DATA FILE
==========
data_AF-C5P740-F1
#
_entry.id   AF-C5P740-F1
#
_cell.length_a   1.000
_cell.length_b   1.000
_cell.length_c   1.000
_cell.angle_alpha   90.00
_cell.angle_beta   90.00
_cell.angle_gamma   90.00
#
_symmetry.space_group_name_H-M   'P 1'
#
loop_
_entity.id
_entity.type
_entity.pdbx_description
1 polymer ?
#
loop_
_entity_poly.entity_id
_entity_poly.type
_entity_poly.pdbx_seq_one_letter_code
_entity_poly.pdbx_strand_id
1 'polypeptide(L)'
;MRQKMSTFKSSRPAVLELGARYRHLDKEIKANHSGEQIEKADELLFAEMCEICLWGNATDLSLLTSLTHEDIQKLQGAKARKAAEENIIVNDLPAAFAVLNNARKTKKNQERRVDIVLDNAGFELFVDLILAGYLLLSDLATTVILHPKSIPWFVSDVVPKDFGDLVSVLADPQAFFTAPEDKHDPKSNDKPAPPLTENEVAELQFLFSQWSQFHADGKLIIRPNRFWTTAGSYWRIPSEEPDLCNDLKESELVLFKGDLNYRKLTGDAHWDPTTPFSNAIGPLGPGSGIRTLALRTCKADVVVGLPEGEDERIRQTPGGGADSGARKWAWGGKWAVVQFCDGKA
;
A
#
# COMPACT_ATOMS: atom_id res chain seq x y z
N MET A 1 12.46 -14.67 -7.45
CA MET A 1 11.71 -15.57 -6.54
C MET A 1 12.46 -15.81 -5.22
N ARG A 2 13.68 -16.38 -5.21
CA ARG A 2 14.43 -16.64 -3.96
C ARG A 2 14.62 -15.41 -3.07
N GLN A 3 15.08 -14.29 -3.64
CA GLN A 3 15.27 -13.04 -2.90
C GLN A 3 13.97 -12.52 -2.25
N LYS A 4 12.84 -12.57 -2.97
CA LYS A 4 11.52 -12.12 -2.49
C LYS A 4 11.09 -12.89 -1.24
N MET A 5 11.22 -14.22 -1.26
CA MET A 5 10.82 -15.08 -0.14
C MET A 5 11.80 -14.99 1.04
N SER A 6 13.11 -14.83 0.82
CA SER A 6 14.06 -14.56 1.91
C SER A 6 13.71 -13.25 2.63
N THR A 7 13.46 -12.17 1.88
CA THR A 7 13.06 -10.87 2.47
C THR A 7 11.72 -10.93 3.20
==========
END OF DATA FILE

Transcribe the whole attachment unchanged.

data_AF-C5P740-F1
#
_entry.id   AF-C5P740-F1
#
_cell.length_a   1.000
_cell.length_b   1.000
_cell.length_c   1.000
_cell.angle_alpha   90.00
_cell.angle_beta   90.00
_cell.angle_gamma   90.00
#
_symmetry.space_group_name_H-M   'P 1'
#
loop_
_entity.id
_entity.type
_entity.pdbx_description
1 polymer ?
#
loop_
_entity_poly.entity_id
_entity_poly.type
_entity_poly.pdbx_seq_one_letter_code
_entity_poly.pdbx_strand_id
1 'polypeptide(L)'
;MRQKMSTFKSSRPAVLELGARYRHLDKEIKANHSGEQIEKADELLFAEMCEICLWGNATDLSLLTSLTHEDIQKLQGAKARKAAEENIIVNDLPAAFAVLNNARKTKKNQERRVDIVLDNAGFELFVDLILAGYLLLSDLATTVILHPKSIPWFVSDVVPKDFGDLVSVLADPQAFFTAPEDKHDPKSNDKPAPPLTENEVAELQFLFSQWSQFHADGKLIIRPNRFWTTAGSYWRIPSEEPDLCNDLKESELVLFKGDLNYRKLTGDAHWDPTTPFSNAIGPLGPGSGIRTLALRTCKADVVVGLPEGEDERIRQTPGGGADSGARKWAWGGKWAVVQFCDGKA
;
A
#
# COMPACT_ATOMS: atom_id res chain seq x y z
N MET A 1 12.46 -14.67 -7.45
CA MET A 1 11.71 -15.57 -6.54
C MET A 1 12.46 -15.81 -5.22
N ARG A 2 13.68 -16.38 -5.21
CA ARG A 2 14.43 -16.64 -3.96
C ARG A 2 14.62 -15.41 -3.07
N GLN A 3 15.08 -14.29 -3.64
CA GLN A 3 15.27 -13.04 -2.90
C GLN A 3 13.97 -12.52 -2.25
N LYS A 4 12.84 -12.57 -2.97
CA LYS A 4 11.52 -12.12 -2.49
C LYS A 4 11.09 -12.89 -1.24
N MET A 5 11.22 -14.22 -1.26
CA MET A 5 10.82 -15.08 -0.14
C MET A 5 11.80 -14.99 1.04
N SER A 6 13.11 -14.83 0.82
CA SER A 6 14.06 -14.56 1.91
C SER A 6 13.71 -13.25 2.63
N THR A 7 13.46 -12.17 1.88
CA THR A 7 13.06 -10.87 2.47
C THR A 7 11.72 -10.93 3.20